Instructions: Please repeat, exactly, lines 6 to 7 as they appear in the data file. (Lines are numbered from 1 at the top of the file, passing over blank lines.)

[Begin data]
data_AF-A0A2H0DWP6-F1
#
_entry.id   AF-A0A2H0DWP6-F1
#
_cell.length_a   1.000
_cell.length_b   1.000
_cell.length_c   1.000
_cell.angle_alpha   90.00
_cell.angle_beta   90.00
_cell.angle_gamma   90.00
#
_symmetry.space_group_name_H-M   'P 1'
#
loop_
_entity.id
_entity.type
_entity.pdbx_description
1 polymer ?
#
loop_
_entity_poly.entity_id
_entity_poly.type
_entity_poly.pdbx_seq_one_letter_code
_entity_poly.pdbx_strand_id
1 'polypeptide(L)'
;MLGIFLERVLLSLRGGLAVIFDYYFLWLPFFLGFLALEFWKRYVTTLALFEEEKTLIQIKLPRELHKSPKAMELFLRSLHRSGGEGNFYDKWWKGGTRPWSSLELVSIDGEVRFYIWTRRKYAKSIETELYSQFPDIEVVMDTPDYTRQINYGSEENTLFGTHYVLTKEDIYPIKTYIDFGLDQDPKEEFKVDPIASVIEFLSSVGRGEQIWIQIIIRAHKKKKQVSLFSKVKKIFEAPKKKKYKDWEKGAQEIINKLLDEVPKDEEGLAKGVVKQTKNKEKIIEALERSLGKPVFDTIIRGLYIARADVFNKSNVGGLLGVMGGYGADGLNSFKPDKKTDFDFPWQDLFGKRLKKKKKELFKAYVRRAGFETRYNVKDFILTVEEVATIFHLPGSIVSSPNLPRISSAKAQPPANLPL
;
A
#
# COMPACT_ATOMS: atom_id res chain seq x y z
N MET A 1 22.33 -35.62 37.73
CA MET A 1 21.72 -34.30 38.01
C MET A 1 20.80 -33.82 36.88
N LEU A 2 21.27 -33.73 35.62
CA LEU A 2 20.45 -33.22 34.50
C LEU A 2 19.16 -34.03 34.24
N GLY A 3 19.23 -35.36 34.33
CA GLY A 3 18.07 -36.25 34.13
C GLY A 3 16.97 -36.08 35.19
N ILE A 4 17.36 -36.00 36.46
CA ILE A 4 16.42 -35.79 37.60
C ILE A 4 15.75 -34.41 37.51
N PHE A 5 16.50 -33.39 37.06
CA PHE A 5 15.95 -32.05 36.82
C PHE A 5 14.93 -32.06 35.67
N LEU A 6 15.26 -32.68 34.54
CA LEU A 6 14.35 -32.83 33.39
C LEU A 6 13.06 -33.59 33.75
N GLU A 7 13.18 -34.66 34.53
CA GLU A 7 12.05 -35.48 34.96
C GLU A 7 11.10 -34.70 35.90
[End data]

_cell.length_b   1.000
_cell.length_c   1.000